This might be remembered as the year the Love Boat docked at the Super Bowl.
The NFL took a risk by bringing the NFL title game to Jacksonville, Fla., a city of 1.2 million that doesn’t have enough hotel rooms to cram in all the fans flocking to the game.
Cynics howled. Jacksonville, meanwhile, got to work, giving its Alltel Stadium a $68 million facelift, cleaning up its downtown and bringing out hundreds of smiling volunteers in red shirts to greet visitors.
The lynchpin was the seven cruise ships – two of them private charters – that docked in various spots around town Thursday to host guests of the NFL, many of them high rollers who would normally stay in luxury hotels.
The ships are providing about 3,700 of the 17,500 four- or five-star rooms the NFL requires for Super Bowl week.
Super Bowl a marriage of parties
Links to places of worship are posted on the Web site of the Super Bowl Host Committee. Literature reading “Get on the Winning Team with Jesus” is passed out to football fans on the streets. Instead of partying with Playboy bunnies and hitting nightclubs, several NFL players professed their faith at churches.
In a town often called the buckle on the Bible belt, churches are taking unprecedented opportunities to get the gospel out to the 100,000 people in town for this afternoon’s important game.
The marriage of football and faith has created a religious fervor unmatched in the River City since a four-day Billy Graham Crusade brought a quarter of a million people to Alltel Stadium, site of this Super Bowl, in November 2000.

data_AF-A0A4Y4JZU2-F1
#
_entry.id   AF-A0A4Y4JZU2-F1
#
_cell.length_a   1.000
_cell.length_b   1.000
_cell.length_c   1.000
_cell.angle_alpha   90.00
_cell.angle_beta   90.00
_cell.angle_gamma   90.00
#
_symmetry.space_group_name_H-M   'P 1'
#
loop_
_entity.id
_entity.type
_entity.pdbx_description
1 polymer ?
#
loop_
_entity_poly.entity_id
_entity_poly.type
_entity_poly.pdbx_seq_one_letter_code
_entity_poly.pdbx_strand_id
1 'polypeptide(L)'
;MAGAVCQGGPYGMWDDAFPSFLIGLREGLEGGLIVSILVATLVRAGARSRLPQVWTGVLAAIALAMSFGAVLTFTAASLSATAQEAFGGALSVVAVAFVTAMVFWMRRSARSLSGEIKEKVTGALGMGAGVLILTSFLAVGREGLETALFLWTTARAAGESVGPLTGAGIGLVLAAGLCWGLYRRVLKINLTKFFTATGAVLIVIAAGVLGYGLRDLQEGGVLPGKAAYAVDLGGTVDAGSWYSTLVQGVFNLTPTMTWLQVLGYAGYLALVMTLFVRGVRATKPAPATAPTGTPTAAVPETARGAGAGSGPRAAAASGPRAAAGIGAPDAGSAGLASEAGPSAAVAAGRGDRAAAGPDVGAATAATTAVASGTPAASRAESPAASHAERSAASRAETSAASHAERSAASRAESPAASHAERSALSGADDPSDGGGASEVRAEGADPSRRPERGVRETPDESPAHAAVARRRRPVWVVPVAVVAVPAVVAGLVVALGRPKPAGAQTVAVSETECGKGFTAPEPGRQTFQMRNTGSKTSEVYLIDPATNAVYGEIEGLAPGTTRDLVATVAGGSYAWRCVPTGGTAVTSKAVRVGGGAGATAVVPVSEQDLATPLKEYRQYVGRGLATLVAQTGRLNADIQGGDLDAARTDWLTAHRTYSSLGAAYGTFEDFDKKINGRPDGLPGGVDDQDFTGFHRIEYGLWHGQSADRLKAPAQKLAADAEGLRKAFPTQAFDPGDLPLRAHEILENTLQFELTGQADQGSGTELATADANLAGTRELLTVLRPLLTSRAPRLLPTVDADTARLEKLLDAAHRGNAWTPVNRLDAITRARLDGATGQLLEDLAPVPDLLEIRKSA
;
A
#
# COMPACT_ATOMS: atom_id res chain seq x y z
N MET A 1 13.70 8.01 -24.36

NFL spokesman Brian McCarthy called it the most religiously oriented Super Bowl venue and said the Jacksonville Host Committee proposed faith-based activities “to reflect the spirit of the community.”
However, the NFL has been strict in deciding which activities to endorse.
“They had to be inclusive, rather than exclusive, and not promote one faith over another, in an environment where everyone would be comfortable,” McCarthy said.
Owens held out of walk-through
As a precaution, Philadelphia Eagles receiver Terrell Owens was held out of a 25-minute walk-through at Alltel Stadium by coach Andy Reid.
Asked if Owens had any extra soreness, the coach said, “Not necessarily. No.”
Owens has said he will play in today’s Super Bowl against New England. However, Reid said Friday that he might not start.
Patriots skip final walk-through
The New England Patriots skipped their walk-through, the day before the Super Bowl against the Philadelphia Eagles.
“It’s been two weeks since our last game,” said coach Bill Belichick. “We’ve pretty much hit everything we needed.”
Marines given free Super Bowl trip
Fifty Marines received a special prize for their service from the NFL’s Cleveland Browns – a free trip to the Super Bowl.
The Browns donated 50 tickets to today’s game between Philadelphia and New England for Marines who have served or will serve in Iraq or Afghanistan.
Saints promote QB coach
The New Orleans Saints promoted Mike Sheppard from quarterbacks coach to offensive coordinator, and added former NFL quarterback Turk Schonert to replace Sheppard as quarterbacks coach.
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